On September 23, 2020

Free showing of ‘Selma’ to honor legacy of civil rights hero Rep. John Lewis

NAACP and GMP partner to present film at Paramount Theatre Drive-in at Vermont State Fair

Thursday, Sept. 24 at 7:30 p.m.—RUTLAND—“Selma,” the powerful historical drama that chronicles the Montgomery voting rights marches with Dr. Martin Luther King, John Lewis and other important leaders of the 1960s civil rights movement, will be screened Thursday, Sept. 24, at the Paramount Theatre Drive-in at the Vermont State Fair.  The free screening is a collaboration between the Rutland Chapter of the NAACP, which is presenting the film with the Paramount Theatre, and Green Mountain Power (GMP) which is sponsoring the event through a corporate charitable fund.

“The film demonstrates the incredible risks faced by and leadership of Rep. Lewis, Dr. King and others,” said Tabitha Moore, president of the Rutland branch of the NAACP.  “Showing the film is a fitting tribute to Rep. Lewis, who fought for equal rights for all Americans his entire life. It’s a fight that continues today, and we hope the film will inspire this community and its growing support for anti-racism and equality.”

The film highlights the perseverance of African Americans in demanding the right to vote, including Lewis, who was brutally beaten by Alabama state troopers, but ultimately was successful. Start time is 8 p.m., with gates opening at 7:30 p.m.  Free tickets, which are required, are available on a first-come, first-served basis at the Paramount website, paramountvt.org.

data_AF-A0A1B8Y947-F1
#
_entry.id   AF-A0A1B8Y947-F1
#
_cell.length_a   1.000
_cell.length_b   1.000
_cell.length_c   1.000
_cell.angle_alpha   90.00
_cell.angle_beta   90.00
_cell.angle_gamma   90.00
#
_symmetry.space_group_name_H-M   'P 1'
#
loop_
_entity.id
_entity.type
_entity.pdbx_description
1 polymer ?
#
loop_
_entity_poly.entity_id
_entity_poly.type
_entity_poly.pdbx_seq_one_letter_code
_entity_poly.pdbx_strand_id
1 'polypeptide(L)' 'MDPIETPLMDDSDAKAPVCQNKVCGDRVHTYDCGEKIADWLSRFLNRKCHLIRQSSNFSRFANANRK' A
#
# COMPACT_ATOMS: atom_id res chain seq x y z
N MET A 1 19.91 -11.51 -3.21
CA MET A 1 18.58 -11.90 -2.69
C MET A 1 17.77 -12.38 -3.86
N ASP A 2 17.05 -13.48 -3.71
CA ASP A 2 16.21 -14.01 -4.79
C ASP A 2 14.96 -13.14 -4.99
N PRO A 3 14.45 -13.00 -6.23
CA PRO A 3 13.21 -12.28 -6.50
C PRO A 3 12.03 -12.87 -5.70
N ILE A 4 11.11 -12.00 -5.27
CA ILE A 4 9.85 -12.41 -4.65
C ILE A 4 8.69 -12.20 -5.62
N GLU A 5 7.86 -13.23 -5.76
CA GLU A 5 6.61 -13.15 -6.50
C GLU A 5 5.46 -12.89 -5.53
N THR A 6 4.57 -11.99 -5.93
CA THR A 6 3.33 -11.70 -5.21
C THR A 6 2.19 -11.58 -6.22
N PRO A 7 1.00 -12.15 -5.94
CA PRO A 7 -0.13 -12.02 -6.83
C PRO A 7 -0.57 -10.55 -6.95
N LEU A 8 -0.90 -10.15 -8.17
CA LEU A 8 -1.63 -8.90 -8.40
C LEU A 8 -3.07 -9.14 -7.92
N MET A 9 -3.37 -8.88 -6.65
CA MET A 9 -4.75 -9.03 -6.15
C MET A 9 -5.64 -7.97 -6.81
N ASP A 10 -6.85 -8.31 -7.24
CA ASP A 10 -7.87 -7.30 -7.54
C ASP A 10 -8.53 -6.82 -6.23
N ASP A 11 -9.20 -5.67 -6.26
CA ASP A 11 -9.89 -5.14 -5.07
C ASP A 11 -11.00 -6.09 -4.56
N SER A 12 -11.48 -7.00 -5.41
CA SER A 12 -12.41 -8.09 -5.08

Lewis, the son of sharecroppers, helped organize the March on Washington in 1963 and was one of the key speakers, along with Dr. King, at the age of 23.  Lewis also helped organize three marches from Selma, Alabama, to Montgomery, the state capital, in 1965. He was nearly killed when state troopers and vigilantes attacked the peaceful protesters with clubs and tear gas, and Unitarian minister James Reeb was killed during a night of anti-Black violence.

The brutality waged on Black Americans, including Lewis, and the three Selma marches helped galvanize support in Congress for the Voting Rights Act.  Lewis, following his election to Congress more than 30 years ago, became known as Congress’ conscience, continuing the fight for equality for all Americans up until his death from cancer in July.

“Selma” was written by Paul Webb and directed by Ava DuVernay, and stars David Oyelowo as King, Common as James Bevel, and Steve King as Lewis.  The film was nominated for numerous Academy Awards, including Best Picture, and Golden Globe Awards, including Best Motion Picture – Drama.

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